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'What lies (beneath) us?... 'What lies within us?'




'We think we understand the rules when we become adults, but what we really experience is a narrowing of the imagination' 

(David Lynch)

 

There is an intersection, a point of convergence where the sea and human sensibilities overlap. The sea does not end abruptly at the tide line on the shore but flows continuously in our veins, literally and figuratively. Science explains that salt air enters our lungs. We exchange atoms and molecules. It peaks and troughs through our emotional intelligences and roars in our hearts, minds and souls. It has danced in the imaginations of human beings for all time. Over the years I have grown increasingly curious about the 'truth' of old sea myths and legends, and separating fantastical 'human'  imaginings from genuine possibility. Which of these legends may be rooted in aquatic truths versus what is just a projection of human imagination. What is the nature of this 'dance' between us and why does it even matter?

 

I surveyed the 'adult' members of my family recently. I prefaced the question with an acknowledgment of its unusual nature, then blurted 'Do you believe in Mermaids or are you open to the possibility of the existence of Mermaids?' I assume from their reactions they feared some Sea Fever really affected my thinking. A rational and conservative 'No!' was the answer I received. I tried pushing a little harder for a moment of genuine consideration and was still met with the anticipated response 'No... I don't really'. I wonder if I had respectfully asked these same (very much) loved ones, 'Do you believe in the possibility of life on other planets or galaxies?', would they be able to dismiss the proposition with the same level of earnest conviction. And while the scope and scale of 'space' may not be directly comparable to the water world of our blue planet, I would argue it poses an interesting question when considered in comparison.  But indulge me if you will and let me explain how I arrived here. 

 

I meet some very interesting people in my line of work. I have met my share of old salts and always found myself taking the opportunity to ask them if they are 'believers'. I suspect they find me curious.  A pang of jealousy invariably creeps over me during these interactions. I long for their courage, and the opportunity that courage must afford. (I'm worse in the company of divers. Oh the bravery! The freedom! The oneness with the sea!) I ask them this same question because I assume (perhaps erroneously) they have a more intimate connection with the truth than I could ever hope to glimpse from land. A couple of these sailor men and women confessed (much to my delight) they glimpsed a flash or heard a melody on some solitary moonlit night. At some point during these conversations I start to reflect on why I keep asking this question.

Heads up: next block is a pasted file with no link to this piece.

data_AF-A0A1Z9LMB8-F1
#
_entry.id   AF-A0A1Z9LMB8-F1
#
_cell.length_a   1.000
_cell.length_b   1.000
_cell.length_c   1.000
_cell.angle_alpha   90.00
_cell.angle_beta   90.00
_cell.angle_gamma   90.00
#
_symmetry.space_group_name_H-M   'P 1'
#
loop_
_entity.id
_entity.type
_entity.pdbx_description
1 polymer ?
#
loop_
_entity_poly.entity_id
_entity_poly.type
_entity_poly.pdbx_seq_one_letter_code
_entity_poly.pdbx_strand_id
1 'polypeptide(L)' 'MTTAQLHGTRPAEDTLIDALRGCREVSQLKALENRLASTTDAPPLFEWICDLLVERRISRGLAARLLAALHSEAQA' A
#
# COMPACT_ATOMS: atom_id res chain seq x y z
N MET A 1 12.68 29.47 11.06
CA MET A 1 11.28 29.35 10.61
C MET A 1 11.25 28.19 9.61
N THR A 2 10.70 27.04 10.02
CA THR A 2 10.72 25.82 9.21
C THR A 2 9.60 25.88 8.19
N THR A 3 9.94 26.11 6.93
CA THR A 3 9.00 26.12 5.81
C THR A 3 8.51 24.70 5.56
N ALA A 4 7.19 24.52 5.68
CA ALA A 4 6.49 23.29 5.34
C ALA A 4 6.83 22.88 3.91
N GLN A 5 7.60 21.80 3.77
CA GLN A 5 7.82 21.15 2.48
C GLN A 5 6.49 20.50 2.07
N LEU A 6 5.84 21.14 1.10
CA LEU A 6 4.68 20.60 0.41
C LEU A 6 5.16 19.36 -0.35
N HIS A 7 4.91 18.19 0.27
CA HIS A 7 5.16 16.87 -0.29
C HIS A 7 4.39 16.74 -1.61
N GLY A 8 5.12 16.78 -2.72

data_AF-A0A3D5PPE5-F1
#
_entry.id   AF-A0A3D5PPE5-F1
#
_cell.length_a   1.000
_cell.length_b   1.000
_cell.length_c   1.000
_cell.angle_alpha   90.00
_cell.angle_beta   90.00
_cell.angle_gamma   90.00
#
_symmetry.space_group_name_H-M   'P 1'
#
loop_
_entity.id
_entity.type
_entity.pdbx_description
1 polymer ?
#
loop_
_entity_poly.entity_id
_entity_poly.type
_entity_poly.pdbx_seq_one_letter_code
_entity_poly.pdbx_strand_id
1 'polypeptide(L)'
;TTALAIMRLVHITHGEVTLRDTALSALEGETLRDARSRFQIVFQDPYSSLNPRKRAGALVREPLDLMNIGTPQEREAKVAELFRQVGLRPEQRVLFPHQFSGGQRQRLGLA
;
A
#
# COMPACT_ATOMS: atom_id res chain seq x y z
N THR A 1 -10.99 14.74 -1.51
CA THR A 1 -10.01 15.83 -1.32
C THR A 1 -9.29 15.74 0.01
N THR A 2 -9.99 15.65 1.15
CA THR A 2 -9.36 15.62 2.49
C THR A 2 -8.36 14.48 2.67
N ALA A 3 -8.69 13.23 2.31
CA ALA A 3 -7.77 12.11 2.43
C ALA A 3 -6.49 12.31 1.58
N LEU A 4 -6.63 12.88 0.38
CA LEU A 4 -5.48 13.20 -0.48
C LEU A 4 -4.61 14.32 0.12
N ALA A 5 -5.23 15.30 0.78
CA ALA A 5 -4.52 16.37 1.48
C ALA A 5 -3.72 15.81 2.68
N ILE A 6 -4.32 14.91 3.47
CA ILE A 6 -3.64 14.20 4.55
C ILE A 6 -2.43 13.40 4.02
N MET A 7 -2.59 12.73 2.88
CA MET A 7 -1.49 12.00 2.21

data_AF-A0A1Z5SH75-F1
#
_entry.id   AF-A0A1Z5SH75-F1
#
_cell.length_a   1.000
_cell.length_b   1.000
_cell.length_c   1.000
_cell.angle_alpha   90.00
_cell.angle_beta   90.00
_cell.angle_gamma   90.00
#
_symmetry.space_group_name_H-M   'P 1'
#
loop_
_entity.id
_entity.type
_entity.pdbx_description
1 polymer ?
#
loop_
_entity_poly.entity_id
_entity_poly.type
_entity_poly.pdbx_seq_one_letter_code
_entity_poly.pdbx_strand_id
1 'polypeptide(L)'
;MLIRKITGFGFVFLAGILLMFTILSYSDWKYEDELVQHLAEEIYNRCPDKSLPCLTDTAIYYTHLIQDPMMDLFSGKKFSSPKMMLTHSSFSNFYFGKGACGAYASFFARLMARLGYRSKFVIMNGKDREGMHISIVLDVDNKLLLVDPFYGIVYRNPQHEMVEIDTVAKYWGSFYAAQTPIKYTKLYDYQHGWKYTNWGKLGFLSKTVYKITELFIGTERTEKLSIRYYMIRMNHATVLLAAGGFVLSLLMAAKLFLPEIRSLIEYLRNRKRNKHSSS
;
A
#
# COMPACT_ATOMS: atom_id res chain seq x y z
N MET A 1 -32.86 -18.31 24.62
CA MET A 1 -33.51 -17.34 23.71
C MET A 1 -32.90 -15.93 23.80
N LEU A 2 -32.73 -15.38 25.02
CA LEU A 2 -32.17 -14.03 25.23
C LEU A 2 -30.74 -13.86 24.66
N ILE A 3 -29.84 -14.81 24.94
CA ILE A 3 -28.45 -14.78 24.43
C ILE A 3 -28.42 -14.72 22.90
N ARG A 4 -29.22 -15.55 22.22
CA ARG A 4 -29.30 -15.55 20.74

This feeling bubbled up again recently when I binge-watched the Netflix documentary 'Mer-People'. Curiously a wistful feeling swept over me, (perhaps even a pang of jealousy?). These self-ordained 'Mer people' appear to be unquestioning believers. If you haven't watched the show, a brief synopsis is that it follows the very real community of human-esque 'mermaids', who mermaid professionally for a living. It is a highly competitive, athletic environment and a technicolour dream coat of fish scales and mermaid tails,  the foundation of which surely underpins many a childhood fantasy. And it's big bucks! I confess I sometimes seriously ponder if my Merchant gig doesn't work out if I could become a Weeki Wachee Mermaid?

 

I arrived at my current 'working' philosophy shortly after I left my old day job. I was walking the beach alone one day trying to figure out what I was going to do with my life, and I stumbled across a fish washed up on the sand. Upon closer inspection, I got the shock of my life when I discovered it had a 'unicorn horn'! I blinked a few times and then pondered the enormity of my discovery. Had I just discovered the world's first Unicorn Fish? I hurriedly reached for my mobile camera, and snapped a shot and hurried home. I showed my husband who immediately called his family for a positive identification (as they are seasoned fisher people). Much to my disappointment they told me it was 'just an old leather jacket' (A fairly prolific fish available year round in Australian waters). After I bounced back from my disappointment I started wondering why I didn't know about this and how on earth could there be a fish that looked like a unicorn and why?